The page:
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Winter's wonders

Chilly weather poses its own challenges for birds. if you spend your life beating gravity you need to be light, so birds can't afford to put on a little timber around the middle. here are some tricks they've evolved to survive the season's cold, wet and wind.

Survival by degrees

Like us and other mammals birds are endothermic, meaning they produce heat from within their bodies. Unlike us, they can also alter their temperature quite a bit depending on their needs. A small bird like a blue tit can save a third of its night-time energy budget by dropping its body temperature by around 8°C, a trick called nocturnal facultative hypothermia. The downside of this strategy is that they’re more vulnerable to predation.

Big yourself up

Many birds appear to swell in size on particularly cold or windy days. They’re fluffing up their feathers, with muscles at the base of each shaft causing them to stand more upright and trapping more air. If they’re still feeling the chill, birds can shiver just like us to create extra metabolic heat. It’s a last-ditch strategy, though, as it uses up precious fat reserves.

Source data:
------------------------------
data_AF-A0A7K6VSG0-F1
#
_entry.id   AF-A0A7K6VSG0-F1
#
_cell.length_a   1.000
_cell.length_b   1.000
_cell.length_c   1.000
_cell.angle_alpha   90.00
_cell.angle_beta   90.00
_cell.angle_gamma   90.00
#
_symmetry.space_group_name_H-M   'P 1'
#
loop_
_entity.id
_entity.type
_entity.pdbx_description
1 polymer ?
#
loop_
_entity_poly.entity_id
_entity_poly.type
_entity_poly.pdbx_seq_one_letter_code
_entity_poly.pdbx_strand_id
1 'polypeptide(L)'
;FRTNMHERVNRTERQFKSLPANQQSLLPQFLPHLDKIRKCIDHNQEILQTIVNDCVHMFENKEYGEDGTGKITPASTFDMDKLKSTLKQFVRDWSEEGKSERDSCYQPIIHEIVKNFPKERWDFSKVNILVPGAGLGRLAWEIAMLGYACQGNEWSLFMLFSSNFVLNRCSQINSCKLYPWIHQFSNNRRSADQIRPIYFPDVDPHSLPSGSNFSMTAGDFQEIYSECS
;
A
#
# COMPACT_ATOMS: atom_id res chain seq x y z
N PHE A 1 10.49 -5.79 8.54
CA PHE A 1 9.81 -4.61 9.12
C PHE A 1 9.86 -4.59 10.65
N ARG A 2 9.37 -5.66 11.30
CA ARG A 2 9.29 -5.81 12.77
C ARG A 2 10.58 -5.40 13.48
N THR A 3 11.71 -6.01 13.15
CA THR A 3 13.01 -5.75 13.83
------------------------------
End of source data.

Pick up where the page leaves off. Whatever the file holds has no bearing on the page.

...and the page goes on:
Winter sun

Sun bathing isn’t a pastime you’d associate with winter. However any of the sun’s energy – even if it’s weak and wintry – can give birds a degree or two of free heat; even a degree up the scale is one degree a small bird doesn’t have to find from its own heat budget. So look out for birds huddled in those sheltered sun traps. Out in the wild, anywhere that gets first sunlight is a good place to concentrate your bird watching efforts.

Birds of a feather

A thrush has around 2,500 feathers, all playing a big role in winter survival. Different layers do jobs analogous to our own clothes. The down works like your thermal underwear, trapping heat radiated by the body in pockets against the skin. Like the shell layer of a waterproof jacket, the outer feathers are coated with oils from the preen gland to keep rain out. The contour feathers’ tightly interlocking barbs and barbules keep the wind off, reducing the chill factor and exposure risk.


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